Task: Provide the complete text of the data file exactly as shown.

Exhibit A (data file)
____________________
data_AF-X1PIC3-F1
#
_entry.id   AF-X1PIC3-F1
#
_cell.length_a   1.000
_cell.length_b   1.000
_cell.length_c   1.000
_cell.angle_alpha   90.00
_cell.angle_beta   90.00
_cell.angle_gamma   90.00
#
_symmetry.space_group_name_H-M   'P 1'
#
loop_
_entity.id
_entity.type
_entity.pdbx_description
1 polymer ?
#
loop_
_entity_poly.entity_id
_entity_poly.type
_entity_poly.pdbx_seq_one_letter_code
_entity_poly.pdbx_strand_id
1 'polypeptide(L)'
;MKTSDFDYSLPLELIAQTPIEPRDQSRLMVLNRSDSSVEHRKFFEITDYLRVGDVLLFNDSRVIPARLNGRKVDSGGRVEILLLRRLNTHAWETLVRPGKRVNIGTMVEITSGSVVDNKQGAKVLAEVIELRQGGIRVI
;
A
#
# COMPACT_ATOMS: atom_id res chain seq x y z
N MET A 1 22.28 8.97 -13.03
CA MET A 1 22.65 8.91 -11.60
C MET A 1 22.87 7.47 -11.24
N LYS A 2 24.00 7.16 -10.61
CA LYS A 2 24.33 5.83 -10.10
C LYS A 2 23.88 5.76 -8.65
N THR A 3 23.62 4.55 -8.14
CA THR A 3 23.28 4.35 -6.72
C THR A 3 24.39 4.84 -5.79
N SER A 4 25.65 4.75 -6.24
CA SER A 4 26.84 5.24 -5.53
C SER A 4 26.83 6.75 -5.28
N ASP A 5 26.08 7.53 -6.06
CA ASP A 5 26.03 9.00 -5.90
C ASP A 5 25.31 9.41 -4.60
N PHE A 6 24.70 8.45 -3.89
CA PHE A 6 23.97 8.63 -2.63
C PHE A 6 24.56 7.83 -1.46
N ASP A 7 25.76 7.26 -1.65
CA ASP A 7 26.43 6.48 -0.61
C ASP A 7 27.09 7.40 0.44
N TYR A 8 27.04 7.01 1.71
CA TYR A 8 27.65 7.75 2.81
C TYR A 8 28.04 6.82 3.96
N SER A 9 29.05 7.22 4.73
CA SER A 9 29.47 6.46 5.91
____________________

data_AF-X1PIC3-F1
#
_entry.id   AF-X1PIC3-F1
#
_cell.length_a   1.000
_cell.length_b   1.000
_cell.length_c   1.000
_cell.angle_alpha   90.00
_cell.angle_beta   90.00
_cell.angle_gamma   90.00
#
_symmetry.space_group_name_H-M   'P 1'
#
loop_
_entity.id
_entity.type
_entity.pdbx_description
1 polymer ?
#
loop_
_entity_poly.entity_id
_entity_poly.type
_entity_poly.pdbx_seq_one_letter_code
_entity_poly.pdbx_strand_id
1 'polypeptide(L)'
;MKTSDFDYSLPLELIAQTPIEPRDQSRLMVLNRSDSSVEHRKFFEITDYLRVGDVLLFNDSRVIPARLNGRKVDSGGRVEILLLRRLNTHAWETLVRPGKRVNIGTMVEITSGSVVDNKQGAKVLAEVIELRQGGIRVI
;
A
#
# COMPACT_ATOMS: atom_id res chain seq x y z
N MET A 1 22.28 8.97 -13.03
CA MET A 1 22.65 8.91 -11.60
C MET A 1 22.87 7.47 -11.24
N LYS A 2 24.00 7.16 -10.61
CA LYS A 2 24.33 5.83 -10.10
C LYS A 2 23.88 5.76 -8.65
N THR A 3 23.62 4.55 -8.14
CA THR A 3 23.28 4.35 -6.72
C THR A 3 24.39 4.84 -5.79
N SER A 4 25.65 4.75 -6.24
CA SER A 4 26.84 5.24 -5.53
C SER A 4 26.83 6.75 -5.28
N ASP A 5 26.08 7.53 -6.06
CA ASP A 5 26.03 9.00 -5.90
C ASP A 5 25.31 9.41 -4.60
N PHE A 6 24.70 8.45 -3.89
CA PHE A 6 23.97 8.63 -2.63
C PHE A 6 24.56 7.83 -1.46
N ASP A 7 25.76 7.26 -1.65
CA ASP A 7 26.43 6.48 -0.61
C ASP A 7 27.09 7.40 0.44
N TYR A 8 27.04 7.01 1.71
CA TYR A 8 27.65 7.75 2.81
C TYR A 8 28.04 6.82 3.96
N SER A 9 29.05 7.22 4.73
CA SER A 9 29.47 6.46 5.91